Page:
I can’t my dream town if I don’t have money. Now, simply gathering a bit of fruit and flour isn’t going to sell millions, but at least turning those things into a pie would be a good start. Here’s where the alchemists come in. So long as the necessary materials are available, I just need to find the item I want and add it to a production list. Simple stuff. That is until having to sort through over 12 ateliers who all take from the same storage pot. Making sure no one doubles up or runs out of anything is a genuine test of my organization skills.

Once the alchemists are properly organized, I can sell what they make in shops for a tasty profit. Not only do I get to choose what gets sold each week, but who runs the place. Characters are good at different things and will sell or produce more for having a high grade in that area. Yet I like to be sneaky. Sometimes it’s only possible to make 2 or 3 of a really high selling item. Then it’s time to switch to a lower grade seller who’ll happily sell that smaller amount. They get to play shopkeeper for a turn, and I get extra money. Everyone wins.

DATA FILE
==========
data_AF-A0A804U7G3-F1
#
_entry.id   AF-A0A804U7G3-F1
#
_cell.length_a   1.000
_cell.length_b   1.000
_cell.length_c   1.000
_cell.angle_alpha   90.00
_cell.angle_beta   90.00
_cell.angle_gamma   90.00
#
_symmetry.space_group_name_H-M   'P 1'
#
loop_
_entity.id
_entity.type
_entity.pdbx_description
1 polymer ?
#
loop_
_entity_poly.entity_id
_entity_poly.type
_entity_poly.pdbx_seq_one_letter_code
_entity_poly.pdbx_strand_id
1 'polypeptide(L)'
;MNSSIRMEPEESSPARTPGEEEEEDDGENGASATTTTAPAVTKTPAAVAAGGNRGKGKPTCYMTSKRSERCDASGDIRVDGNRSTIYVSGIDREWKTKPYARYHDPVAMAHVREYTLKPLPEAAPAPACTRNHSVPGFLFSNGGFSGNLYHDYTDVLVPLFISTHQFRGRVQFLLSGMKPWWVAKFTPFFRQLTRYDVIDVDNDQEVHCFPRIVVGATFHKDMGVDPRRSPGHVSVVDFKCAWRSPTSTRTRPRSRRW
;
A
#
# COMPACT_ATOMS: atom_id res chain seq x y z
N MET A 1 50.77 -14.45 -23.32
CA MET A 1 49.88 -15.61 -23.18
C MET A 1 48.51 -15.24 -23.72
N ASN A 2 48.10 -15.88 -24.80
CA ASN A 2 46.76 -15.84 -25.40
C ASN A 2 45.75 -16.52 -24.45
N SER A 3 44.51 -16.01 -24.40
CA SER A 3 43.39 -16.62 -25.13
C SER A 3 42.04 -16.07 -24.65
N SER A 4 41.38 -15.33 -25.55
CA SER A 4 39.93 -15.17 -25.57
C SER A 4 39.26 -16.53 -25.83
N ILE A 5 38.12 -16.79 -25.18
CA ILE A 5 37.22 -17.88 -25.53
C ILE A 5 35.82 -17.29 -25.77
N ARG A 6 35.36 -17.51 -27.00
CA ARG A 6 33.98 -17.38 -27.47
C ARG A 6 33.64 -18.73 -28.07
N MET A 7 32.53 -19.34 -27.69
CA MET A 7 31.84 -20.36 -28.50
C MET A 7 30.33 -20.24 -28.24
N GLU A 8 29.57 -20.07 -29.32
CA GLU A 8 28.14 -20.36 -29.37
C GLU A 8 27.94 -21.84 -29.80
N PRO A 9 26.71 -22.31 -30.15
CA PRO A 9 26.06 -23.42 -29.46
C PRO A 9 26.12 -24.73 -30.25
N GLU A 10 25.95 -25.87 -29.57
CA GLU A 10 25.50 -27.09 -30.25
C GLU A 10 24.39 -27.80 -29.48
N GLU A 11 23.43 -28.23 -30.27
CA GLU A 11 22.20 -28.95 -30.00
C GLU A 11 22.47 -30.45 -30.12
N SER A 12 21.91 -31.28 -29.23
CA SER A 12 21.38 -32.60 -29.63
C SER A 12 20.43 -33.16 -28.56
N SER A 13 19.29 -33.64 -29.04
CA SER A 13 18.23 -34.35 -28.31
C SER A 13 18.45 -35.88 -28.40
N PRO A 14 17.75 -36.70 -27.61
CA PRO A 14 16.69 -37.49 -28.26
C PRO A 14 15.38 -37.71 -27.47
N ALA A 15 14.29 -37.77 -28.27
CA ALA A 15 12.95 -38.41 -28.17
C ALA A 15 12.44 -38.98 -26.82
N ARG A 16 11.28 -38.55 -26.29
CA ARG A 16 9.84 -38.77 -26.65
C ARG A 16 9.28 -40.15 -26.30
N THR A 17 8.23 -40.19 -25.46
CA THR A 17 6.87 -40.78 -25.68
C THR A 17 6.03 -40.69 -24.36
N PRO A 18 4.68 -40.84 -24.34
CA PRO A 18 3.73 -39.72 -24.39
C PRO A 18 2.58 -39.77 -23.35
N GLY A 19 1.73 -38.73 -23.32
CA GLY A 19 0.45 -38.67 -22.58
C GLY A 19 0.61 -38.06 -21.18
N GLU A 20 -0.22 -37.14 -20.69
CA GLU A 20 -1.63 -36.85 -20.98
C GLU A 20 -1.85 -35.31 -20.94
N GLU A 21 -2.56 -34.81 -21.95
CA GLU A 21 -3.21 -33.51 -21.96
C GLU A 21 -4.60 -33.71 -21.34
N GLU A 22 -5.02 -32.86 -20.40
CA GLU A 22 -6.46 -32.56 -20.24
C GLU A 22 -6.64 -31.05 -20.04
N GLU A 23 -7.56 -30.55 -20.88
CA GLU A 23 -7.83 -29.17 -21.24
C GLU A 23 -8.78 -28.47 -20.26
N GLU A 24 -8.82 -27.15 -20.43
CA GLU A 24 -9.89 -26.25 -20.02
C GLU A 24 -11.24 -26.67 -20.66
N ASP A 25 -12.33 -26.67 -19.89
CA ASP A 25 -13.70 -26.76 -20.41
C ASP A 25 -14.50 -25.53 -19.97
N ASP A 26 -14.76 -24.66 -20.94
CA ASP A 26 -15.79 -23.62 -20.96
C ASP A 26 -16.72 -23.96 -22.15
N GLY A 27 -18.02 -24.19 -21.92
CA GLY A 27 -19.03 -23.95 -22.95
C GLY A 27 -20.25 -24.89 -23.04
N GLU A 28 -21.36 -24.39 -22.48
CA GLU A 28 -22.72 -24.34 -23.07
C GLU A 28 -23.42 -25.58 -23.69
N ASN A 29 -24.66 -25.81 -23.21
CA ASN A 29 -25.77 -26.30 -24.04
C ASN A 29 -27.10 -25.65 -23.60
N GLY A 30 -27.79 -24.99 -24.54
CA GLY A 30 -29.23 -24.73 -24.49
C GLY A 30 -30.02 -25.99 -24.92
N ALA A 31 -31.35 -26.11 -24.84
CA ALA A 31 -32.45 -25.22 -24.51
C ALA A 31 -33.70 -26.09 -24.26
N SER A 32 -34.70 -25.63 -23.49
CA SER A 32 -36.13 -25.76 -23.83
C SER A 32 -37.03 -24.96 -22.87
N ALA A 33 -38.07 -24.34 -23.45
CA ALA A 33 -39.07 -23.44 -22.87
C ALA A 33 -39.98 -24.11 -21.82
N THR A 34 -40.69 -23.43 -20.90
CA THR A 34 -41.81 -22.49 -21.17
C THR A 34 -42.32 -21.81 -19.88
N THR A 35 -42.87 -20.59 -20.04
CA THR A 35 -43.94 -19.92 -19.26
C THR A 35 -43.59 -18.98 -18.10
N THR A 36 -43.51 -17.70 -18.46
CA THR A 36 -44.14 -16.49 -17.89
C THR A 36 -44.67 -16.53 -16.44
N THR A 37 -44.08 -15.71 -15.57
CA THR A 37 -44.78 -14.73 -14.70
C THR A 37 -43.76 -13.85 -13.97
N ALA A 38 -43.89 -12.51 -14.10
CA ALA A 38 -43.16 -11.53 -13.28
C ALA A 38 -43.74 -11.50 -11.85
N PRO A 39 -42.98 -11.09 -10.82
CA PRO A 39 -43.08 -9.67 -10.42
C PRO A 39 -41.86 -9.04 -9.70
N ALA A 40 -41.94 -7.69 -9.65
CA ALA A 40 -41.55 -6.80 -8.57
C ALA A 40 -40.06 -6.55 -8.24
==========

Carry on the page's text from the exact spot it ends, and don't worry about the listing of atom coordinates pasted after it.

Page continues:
As is often the way in management games, though, Nelke & the Legendary Alchemists has a lot of menus to navigate. While not too bad once used to it, a couple of areas feel messy. The most annoying is probably ‘options, down, then X’ in order to see requests. Yes, I’m being petty, but three button presses per quick glance is annoying for something I need so often. I ended up creating my own separate list on a piece of paper to make things easier.